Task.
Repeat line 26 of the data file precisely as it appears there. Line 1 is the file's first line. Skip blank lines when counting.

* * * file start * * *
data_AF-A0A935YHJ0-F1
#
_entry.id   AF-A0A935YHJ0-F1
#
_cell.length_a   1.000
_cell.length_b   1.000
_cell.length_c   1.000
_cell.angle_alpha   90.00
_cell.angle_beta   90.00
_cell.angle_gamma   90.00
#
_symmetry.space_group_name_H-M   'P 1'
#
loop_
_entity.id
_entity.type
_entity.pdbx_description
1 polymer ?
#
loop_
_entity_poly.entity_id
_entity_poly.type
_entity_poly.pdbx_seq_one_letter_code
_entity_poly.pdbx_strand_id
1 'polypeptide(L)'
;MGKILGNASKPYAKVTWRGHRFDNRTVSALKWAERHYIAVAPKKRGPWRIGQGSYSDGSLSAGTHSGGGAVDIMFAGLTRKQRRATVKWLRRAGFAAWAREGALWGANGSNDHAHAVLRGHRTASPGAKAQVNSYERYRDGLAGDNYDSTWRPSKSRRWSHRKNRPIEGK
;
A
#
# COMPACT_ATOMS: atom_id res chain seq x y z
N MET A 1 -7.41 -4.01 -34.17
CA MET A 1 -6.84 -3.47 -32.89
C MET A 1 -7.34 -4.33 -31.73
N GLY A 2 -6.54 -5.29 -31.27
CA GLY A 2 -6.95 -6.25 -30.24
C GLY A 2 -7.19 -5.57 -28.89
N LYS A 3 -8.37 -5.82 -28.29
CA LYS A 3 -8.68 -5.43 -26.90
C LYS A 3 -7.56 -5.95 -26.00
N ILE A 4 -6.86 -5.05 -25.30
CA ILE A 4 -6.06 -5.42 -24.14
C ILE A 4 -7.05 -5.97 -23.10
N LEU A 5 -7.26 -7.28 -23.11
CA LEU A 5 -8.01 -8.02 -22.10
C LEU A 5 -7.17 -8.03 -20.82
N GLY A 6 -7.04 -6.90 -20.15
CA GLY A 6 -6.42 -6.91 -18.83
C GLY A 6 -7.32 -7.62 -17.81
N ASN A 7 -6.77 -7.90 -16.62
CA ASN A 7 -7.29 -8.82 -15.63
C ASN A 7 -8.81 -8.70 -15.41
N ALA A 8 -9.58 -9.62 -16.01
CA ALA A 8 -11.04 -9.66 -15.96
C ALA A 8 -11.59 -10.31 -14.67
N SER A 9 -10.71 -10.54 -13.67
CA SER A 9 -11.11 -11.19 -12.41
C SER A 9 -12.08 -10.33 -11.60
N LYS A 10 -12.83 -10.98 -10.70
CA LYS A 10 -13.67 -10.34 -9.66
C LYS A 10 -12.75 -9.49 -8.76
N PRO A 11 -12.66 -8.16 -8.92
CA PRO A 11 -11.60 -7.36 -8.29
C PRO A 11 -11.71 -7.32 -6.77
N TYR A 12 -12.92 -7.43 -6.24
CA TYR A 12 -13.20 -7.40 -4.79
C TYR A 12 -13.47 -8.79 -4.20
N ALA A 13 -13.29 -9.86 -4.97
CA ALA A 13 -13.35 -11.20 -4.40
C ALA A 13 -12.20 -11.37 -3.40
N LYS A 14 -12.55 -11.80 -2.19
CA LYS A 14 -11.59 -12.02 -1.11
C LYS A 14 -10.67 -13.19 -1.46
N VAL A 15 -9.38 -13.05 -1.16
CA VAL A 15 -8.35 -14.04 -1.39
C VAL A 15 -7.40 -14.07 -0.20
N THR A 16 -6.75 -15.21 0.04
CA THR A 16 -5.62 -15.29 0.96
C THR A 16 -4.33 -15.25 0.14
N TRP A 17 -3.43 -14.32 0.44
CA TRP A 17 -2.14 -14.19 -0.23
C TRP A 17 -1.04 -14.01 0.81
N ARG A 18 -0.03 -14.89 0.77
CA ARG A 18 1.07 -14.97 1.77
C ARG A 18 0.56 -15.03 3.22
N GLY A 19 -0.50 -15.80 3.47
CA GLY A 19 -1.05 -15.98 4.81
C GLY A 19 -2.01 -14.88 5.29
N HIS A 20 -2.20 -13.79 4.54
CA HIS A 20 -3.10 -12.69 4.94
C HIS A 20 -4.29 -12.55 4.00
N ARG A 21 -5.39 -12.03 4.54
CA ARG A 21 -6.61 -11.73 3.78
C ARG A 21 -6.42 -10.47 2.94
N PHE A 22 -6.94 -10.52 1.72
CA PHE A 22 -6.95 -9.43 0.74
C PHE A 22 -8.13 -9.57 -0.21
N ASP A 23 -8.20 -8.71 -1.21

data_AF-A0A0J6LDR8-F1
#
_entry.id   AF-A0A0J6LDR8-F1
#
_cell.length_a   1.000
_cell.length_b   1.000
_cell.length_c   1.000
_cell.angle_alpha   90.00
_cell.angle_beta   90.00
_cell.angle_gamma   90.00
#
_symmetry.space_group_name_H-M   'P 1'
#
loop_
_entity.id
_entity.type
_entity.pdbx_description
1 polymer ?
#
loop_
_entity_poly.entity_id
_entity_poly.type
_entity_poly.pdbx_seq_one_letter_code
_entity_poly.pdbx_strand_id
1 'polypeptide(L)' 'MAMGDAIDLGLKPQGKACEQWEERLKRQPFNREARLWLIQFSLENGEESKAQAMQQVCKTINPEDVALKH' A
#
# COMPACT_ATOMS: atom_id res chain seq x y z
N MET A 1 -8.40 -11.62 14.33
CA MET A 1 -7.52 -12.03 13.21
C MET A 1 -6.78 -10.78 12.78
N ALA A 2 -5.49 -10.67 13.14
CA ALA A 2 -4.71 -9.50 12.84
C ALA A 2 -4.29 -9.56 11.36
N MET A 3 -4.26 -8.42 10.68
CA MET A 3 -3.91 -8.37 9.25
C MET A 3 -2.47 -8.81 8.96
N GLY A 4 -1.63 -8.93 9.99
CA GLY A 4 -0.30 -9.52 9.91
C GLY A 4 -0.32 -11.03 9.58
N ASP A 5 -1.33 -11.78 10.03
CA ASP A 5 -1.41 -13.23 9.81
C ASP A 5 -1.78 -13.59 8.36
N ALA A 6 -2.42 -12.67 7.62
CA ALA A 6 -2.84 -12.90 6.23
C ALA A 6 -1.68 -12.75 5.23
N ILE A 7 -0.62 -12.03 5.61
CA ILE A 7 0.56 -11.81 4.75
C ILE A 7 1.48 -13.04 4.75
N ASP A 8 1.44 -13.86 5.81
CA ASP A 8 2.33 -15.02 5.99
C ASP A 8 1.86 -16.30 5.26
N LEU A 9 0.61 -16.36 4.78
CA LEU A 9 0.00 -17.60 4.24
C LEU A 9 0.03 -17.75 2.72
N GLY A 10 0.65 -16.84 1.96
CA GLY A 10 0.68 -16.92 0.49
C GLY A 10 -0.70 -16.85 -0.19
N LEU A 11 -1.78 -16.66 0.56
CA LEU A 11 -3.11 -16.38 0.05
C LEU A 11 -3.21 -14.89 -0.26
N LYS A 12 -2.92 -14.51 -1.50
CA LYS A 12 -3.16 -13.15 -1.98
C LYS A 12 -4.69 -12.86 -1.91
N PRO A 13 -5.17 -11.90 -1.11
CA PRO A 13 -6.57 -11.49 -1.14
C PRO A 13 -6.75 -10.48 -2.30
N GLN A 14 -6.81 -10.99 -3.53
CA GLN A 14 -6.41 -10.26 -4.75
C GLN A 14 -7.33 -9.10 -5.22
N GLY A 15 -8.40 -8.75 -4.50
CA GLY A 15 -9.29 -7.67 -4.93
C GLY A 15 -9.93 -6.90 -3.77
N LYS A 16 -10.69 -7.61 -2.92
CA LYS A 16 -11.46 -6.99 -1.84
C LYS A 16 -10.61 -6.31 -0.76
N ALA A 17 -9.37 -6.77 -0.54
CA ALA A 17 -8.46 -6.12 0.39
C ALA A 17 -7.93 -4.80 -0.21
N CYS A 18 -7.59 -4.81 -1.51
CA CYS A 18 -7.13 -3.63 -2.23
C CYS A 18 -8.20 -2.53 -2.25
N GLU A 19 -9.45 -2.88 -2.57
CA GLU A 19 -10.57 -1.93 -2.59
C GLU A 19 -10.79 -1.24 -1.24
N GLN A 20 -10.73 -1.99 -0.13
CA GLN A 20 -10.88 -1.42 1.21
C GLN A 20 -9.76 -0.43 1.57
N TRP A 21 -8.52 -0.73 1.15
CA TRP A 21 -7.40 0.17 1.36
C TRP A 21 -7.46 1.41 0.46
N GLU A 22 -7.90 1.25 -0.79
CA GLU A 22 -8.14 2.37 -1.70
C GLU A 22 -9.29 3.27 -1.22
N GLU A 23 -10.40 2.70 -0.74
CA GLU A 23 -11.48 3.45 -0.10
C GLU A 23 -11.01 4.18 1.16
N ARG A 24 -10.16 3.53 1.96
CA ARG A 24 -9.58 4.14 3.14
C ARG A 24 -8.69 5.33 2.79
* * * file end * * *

;MGKILGNASKPYAKVTWRGHRFDNRTVSALKWAERHYIAVAPKKRGPWRIGQGSYSDGSLSAGTHSGGGAVDIMFAGLTRKQRRATVKWLRRAGFAAWAREGALWGANGSNDHAHAVLRGHRTASPGAKAQVNSYERYRDGLAGDNYDSTWRPSKSRRWSHRKNRPIEGK